Summary: . What a man is like stems from his character. And here the Gospels are eloquent. What would I have noticed had I spent time with Christ? What impression would He have made on me? As we walk through these verses in Mark 1 and 2, we will get close eno
What Is Jesus Like
What was Jesus like? A very fair question. But how impossibly difficult to answer!
One thing, though, is certain. The Jesus who meets us in the pages of the four Gospels is very different from the picture many have of Him. He is nothing like the “gentle Jesus meek and mild” of the children’s stories. He is not the miserable holy man who never laughs. He is not the fearsome judge who watches to see if we are enjoying ourselves and then tells us to stop. Nor is He the lifeless figure in the stained-glass window. Jesus, as the Gospels reveal Him to us, is radiantly alive and supremely attractive.
There is a great deal we would love to know that we simply are not told. We do not even know what He looked like. He was a Palestinian Jew, and as such the color of His skin would be olive, His eyes brown, and His nose hooked. Palestinian Jews had black hair and usually wore it long and carefully groomed. They valued a full beard, and it appears on many of the coins of the day. His mother tongue was Aramaic, a dialect of Hebrew, which He would have spoken with a northern accent common to Galilee where He was brought up. But He could speak Greek and probably some Latin and was thoroughly at home in the Hebrew scriptures. He wore a sleeveless undergarment with a girdle, the customary cloak and sandals, and carried a staff on journeys. That is all we know about His appearance or can guess with confidence.
But the Gospels have no interest in these things. They are profoundly disinterested in His size, the color of His eyes and hair, and even His age and strength. These external things are unimportant. What a man is like stems from his character. And here the Gospels are eloquent.
What would I have noticed had I spent time with Christ? What impression would He have made on me? What would I have said that He was like?
We read about a number of impressions that people had of Christ from the accounts in the Gospels. His brothers thought that he was emotionally unstable at the least, or insane at the worst. The Pharisees and religious leaders accused Jesus of being possessed by Satan, and a threat to the security of the nation. Religious people thought that He attended to many parties with the wrong kind of people. And the disciples, at times, stepped back from Him for fear of Him.
Why do we need to know what He was like? Why even worry about it? The answer to that question is really rather simple. If we don’t understand what Jesus is like, we will have an inadequate ability to know Him and appreciate Him. We will have an inadequate understanding of how much He loves us and how much He has done for us. We will not be in a position to be changed by Him to the degree that we would if we understood more fully what He is like.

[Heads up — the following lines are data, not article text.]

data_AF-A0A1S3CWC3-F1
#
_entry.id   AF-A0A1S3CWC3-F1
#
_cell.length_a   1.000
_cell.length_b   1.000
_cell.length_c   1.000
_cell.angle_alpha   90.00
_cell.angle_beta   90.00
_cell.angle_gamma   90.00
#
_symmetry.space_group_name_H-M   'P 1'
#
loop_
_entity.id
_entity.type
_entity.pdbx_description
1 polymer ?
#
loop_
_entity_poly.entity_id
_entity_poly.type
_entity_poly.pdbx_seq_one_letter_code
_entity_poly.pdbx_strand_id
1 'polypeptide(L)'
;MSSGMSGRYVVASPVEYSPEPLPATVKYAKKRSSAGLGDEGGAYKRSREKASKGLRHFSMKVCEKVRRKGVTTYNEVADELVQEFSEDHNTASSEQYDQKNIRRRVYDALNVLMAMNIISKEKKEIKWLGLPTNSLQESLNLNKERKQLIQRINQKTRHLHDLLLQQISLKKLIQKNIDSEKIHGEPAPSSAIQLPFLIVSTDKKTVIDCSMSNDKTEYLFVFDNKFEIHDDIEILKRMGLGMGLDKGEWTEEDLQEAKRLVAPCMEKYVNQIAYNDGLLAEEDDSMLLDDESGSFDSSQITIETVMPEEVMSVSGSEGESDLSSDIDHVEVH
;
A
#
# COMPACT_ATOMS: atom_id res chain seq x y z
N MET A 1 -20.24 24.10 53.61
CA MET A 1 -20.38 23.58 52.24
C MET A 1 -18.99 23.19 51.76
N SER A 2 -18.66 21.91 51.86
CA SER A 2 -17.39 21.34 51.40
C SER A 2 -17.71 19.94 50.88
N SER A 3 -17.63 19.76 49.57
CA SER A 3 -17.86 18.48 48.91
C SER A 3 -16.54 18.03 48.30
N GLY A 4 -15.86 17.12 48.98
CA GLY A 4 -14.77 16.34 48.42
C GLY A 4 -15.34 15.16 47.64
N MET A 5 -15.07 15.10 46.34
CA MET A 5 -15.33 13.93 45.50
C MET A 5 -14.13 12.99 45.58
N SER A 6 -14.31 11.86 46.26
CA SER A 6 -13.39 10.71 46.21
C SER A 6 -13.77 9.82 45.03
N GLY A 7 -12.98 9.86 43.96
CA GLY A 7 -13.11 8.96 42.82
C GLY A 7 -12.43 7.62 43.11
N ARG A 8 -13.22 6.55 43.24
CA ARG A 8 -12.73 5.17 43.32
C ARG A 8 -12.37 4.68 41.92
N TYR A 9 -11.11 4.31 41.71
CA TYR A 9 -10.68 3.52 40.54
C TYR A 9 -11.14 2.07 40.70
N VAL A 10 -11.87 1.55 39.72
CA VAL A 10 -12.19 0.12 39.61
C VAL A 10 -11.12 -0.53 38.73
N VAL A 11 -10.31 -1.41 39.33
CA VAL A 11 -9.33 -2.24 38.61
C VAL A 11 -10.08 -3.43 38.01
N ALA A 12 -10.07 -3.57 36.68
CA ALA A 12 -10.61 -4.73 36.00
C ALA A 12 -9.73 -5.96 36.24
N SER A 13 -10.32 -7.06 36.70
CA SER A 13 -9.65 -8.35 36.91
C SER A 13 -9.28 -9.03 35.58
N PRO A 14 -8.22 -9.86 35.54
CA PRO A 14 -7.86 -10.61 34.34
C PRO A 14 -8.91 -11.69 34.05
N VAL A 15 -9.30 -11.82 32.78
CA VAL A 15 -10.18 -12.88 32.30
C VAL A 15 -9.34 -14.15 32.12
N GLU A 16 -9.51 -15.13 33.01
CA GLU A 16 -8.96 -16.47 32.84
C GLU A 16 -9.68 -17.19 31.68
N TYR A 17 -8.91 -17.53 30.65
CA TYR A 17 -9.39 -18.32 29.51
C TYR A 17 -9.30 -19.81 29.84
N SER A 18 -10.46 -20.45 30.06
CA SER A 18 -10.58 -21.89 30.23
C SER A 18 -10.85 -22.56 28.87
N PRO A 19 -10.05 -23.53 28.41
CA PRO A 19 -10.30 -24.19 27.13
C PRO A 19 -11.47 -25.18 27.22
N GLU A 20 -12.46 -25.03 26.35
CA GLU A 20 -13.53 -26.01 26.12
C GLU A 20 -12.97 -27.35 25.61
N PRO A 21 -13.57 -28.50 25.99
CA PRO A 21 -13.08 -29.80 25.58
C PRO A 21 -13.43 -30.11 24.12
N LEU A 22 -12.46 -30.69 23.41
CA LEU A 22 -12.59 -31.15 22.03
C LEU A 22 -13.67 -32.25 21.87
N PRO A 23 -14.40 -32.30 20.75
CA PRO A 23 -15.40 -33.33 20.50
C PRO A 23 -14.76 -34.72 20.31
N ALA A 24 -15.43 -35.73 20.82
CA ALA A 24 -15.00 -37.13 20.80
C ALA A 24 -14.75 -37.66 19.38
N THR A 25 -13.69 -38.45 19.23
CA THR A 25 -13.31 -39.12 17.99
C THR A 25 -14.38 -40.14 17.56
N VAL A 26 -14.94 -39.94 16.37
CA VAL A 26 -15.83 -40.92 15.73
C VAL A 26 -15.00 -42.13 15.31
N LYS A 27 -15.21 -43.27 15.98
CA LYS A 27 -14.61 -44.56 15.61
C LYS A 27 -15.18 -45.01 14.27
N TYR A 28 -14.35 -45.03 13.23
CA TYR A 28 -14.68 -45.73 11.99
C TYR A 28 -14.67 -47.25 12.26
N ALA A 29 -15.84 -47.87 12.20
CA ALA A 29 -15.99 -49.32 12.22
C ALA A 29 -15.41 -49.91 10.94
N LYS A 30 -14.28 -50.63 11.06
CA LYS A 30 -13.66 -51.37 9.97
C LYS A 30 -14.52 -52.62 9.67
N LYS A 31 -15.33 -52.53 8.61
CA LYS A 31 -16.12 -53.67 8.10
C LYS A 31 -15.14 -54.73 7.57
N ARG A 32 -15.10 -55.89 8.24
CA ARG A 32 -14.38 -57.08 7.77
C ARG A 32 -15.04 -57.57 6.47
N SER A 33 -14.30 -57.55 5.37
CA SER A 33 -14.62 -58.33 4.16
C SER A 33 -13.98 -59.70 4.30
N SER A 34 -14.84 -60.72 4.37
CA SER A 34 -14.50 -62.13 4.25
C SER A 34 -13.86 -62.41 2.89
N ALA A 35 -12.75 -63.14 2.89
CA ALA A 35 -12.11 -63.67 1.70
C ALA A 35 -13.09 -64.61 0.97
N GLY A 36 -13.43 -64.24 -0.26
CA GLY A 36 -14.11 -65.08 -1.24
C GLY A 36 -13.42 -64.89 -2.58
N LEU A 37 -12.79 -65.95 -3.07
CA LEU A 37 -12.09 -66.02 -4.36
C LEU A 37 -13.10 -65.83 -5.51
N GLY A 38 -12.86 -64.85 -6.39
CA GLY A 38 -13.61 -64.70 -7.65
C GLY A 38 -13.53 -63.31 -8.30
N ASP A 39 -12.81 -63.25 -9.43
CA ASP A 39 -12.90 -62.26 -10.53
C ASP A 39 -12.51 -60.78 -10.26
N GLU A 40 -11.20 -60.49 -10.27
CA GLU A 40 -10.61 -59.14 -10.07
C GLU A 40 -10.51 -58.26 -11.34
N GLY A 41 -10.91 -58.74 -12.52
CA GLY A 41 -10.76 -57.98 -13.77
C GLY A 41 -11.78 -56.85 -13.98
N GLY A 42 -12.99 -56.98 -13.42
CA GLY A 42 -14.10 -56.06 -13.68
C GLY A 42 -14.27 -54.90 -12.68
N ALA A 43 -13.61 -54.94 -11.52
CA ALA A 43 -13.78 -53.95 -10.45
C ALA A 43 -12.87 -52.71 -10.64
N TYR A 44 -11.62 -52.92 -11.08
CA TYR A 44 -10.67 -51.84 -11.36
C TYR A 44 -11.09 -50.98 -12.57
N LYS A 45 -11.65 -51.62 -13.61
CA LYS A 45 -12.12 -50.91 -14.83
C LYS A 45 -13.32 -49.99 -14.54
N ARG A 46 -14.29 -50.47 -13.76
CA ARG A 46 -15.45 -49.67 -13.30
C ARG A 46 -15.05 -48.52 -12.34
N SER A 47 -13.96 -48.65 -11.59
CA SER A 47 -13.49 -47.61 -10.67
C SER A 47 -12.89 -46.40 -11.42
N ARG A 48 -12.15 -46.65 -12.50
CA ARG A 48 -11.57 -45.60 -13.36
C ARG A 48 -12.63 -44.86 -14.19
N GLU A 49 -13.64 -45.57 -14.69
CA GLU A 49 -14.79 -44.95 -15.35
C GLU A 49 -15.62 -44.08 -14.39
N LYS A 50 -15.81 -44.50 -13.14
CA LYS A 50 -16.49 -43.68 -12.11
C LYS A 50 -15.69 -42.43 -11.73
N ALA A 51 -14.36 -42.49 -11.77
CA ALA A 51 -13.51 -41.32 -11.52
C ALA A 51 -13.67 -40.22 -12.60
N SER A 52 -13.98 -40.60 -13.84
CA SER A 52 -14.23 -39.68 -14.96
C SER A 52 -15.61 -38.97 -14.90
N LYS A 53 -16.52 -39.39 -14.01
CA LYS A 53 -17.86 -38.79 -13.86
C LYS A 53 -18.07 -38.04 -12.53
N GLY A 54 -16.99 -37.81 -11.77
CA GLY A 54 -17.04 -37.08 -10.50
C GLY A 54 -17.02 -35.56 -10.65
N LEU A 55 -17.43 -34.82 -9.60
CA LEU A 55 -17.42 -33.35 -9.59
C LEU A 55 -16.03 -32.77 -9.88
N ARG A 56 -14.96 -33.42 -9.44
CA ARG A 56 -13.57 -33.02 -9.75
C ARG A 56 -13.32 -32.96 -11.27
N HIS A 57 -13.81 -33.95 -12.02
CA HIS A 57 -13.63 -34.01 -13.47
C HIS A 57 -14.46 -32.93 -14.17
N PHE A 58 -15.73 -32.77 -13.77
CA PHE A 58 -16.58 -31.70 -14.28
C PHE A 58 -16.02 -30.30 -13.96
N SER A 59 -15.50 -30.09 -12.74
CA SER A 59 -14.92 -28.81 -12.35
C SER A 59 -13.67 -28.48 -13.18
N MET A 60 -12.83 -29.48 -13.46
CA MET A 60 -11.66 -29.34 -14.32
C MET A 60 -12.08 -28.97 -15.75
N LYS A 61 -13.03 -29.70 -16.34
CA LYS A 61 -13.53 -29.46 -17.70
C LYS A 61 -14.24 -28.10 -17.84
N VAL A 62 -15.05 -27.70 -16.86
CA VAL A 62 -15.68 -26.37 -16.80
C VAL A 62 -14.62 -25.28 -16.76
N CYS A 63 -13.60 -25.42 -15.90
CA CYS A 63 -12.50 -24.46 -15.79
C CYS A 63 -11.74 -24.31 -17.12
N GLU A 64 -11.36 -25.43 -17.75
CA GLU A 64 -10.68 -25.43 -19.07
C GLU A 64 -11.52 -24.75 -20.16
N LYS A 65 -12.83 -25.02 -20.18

If you have your Bibles turn with me to Mark 1:35-2:17, and let’s spend several days with Jesus. As we walk through these verses in Mark 1 and 2, we will get close enough to get to know Him. We will share some observations about Jesus’ character as we see how He lives and relates to others.
Jesus was spiritually disciplined (1:35). Did you notice the opening verses? “Jesus awoke long before daybreak and went out alone into the wilderness to pray.” You see He valued and made a priority of spending quality time alone with God.
Jesus realized that time spent with God was His source of strength. He needed that time. And if the Son of God needed time alone with God, how much more do we.
Jesus was not ruled by other’s expectations (1:36). Simon Peter and the other disciples went off looking for Jesus, and when they found Him they wanted to hurry Him back to the waiting crowds. “Come on Jesus. People are waiting.” But He isn’t swayed by others people’s desires. He didn’t bend to the demands of followers or opponents.
An old fable has been carried down for generations. It tells about an elderly man who was traveling with a boy and a donkey. As they walked through a village, the man was leading the donkey and the boy was walking behind. The townspeople said the old man was a fool for not riding, so to please them he climbed up on the animal’s back. When they came to the next village, the people said the old man was cruel to let the child walk while he enjoyed the ride. So, to please them, he got off and set the boy on the animal’s back and continued on his way. In the third village, people accused the child of being lazy for making the old man walk, and the suggestion was made that they both ride. So the man climbed on and they set off again. In the fourth village, the townspeople were indignant at the cruelty to the donkey because he was made to carry two people. The frustrated man was last see carrying the donkey down the road.